by Hope Amezquita, Staff Attorney
Tuesday is Election Day and Virginia’s first statewide test of the voter photo ID law, which requires all voters to show an approved, valid photo ID to cast their votes. Because we’re concerned that the photo ID requirement may prevent some eligible voters from casting their ballot, we’ve set up a hotline to answer questions and fix problems voters may encounter at the polls and have prepared volunteers to monitor polls throughout the Commonwealth. We hope that local general registrars and state officials are getting ready too.
As we’ve met with Virginians in the lead up to this election, one question keeps popping up: What other types of photo IDs are acceptable for voting? The law states that any photo ID card issued from the federal government, Virginia, or local (or political) subdivision is acceptable for voting. Both private and public employee photo IDs are permissible too. But, as we’ve learned over the past few months, there are many different types of photo IDs floating around Virginia that may look official, but may not be acceptable for voting.
Some of the types of photo IDs we’ve encountered, such as Social Services’ photo IDs or assisted-living facility photo IDs, look like they’ve been issued by a local government agency, but voters were unsure. The answer usually requires a lot of digging around to find out if the photo ID was issued by a local or political subdivision in Virginia. Lesser known forms of photo IDs issued from Virginia or the federal government exist, but still may be questioned by poll workers who are unfamiliar with them. Another example is employee photo IDs. Is a retiree photo ID from your former employer acceptable? Possibly---depending if the photo ID clearly states that it’s an employee photo ID.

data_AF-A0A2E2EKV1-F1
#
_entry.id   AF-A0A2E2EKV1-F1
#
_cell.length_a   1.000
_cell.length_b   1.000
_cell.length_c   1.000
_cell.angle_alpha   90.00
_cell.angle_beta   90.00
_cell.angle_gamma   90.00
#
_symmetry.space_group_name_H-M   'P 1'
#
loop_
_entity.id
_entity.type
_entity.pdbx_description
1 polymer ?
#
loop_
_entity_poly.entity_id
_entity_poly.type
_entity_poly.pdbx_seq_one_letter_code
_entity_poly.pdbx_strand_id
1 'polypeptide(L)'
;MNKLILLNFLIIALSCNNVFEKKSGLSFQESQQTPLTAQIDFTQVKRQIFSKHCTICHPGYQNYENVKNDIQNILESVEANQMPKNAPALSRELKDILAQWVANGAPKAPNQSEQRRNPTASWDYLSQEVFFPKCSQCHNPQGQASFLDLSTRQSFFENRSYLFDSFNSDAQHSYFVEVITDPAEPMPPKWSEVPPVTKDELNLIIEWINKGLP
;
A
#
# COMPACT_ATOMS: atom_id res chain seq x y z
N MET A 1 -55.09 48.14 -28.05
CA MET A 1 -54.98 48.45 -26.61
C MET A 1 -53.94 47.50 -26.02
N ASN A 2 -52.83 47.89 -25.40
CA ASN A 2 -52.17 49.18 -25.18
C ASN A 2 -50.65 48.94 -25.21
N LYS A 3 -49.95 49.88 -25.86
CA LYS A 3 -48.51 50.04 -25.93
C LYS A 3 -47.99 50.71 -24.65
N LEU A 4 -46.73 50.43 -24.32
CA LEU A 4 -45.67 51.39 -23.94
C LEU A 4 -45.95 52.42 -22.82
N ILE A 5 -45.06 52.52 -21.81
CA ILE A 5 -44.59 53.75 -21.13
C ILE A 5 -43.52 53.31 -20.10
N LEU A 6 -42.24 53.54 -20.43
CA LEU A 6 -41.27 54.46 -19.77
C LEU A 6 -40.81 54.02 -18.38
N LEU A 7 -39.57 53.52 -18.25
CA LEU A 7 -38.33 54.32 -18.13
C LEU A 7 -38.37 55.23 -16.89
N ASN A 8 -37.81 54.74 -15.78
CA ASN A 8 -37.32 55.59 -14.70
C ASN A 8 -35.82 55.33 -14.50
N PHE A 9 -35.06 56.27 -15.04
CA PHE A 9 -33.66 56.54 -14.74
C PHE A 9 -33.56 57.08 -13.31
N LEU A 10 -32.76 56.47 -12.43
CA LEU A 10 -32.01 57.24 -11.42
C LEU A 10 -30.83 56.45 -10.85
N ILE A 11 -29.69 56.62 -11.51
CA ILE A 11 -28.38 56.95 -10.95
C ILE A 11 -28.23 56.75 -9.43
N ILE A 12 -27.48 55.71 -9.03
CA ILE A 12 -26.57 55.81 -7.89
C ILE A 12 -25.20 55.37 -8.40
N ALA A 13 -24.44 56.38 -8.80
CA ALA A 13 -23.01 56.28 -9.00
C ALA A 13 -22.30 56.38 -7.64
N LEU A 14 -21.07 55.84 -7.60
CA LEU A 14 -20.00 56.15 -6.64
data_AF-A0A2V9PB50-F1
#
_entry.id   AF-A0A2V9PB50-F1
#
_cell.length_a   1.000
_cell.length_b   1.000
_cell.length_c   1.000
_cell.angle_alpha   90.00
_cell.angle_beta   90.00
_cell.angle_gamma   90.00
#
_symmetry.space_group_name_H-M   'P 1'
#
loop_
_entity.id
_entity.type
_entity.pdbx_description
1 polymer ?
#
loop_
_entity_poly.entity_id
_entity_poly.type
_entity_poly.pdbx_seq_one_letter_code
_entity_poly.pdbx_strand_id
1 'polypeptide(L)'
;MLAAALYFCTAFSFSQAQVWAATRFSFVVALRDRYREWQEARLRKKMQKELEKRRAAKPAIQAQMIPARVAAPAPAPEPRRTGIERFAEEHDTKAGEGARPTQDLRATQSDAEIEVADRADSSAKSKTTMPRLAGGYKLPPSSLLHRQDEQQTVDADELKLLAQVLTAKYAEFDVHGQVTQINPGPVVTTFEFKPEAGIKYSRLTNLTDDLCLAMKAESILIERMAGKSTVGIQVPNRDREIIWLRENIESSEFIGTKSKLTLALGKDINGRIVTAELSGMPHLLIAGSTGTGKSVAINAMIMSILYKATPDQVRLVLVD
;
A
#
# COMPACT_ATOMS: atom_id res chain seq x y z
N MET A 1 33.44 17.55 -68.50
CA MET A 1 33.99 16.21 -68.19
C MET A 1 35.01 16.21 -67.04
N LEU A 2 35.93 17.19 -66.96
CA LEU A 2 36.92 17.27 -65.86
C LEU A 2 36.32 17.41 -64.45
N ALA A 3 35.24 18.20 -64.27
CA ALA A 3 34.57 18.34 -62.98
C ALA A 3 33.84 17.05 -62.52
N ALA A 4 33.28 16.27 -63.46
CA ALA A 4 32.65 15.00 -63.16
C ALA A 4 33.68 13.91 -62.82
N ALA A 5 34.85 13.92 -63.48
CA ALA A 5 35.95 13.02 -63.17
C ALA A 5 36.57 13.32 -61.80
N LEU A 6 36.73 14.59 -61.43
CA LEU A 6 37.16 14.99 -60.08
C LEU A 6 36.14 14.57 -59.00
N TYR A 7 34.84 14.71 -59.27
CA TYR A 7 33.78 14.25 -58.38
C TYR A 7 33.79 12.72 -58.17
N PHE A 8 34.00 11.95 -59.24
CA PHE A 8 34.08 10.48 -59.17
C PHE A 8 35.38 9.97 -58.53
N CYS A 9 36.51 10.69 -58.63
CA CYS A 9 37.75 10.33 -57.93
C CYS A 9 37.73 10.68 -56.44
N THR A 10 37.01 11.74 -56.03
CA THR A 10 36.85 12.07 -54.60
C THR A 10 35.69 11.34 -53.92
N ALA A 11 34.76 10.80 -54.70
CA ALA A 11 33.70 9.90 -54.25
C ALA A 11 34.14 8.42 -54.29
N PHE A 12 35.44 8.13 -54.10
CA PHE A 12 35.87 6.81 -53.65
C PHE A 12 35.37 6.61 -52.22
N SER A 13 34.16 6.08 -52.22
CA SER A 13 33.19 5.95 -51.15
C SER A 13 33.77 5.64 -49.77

Ultimately, voters need to consult their local general registrar and the Department of Elections for an answer. The answer will likely require a lot of research into the photo ID in question and may require a subjective judgment on the part of an election official, something that a citizen’s fundamental right to vote should never rest on.
We’re working hard to make sure every voter has the opportunity to cast a ballot and to have that vote counted. If you don’t have an acceptable, valid photo ID yet, you can go to your general registrar’s office to get a FREE temporary voter photo ID---even on Election Day.
If you don’t have a photo ID when you go to your precinct on Election Day, make sure poll workers offer you a provisional ID ballot to vote. If you cast a provisional ballot then you must follow-up with your general registrar by Noon on Friday, November 7, 2014, with a valid photo ID. You can even get a FREE temporary photo ID at your general registrar’s office until the deadline at Noon on Friday, November 7.
We want voters to know that we’re here to help voters on Election Day with any problems or questions. We also want to hear stories about your voting experience if you encounter a photo ID problem. Please share our hotline you’re your family, friends, and neighbors. Call our hotline at 1-800-678-9885 or email us at acluva@acluva.org!
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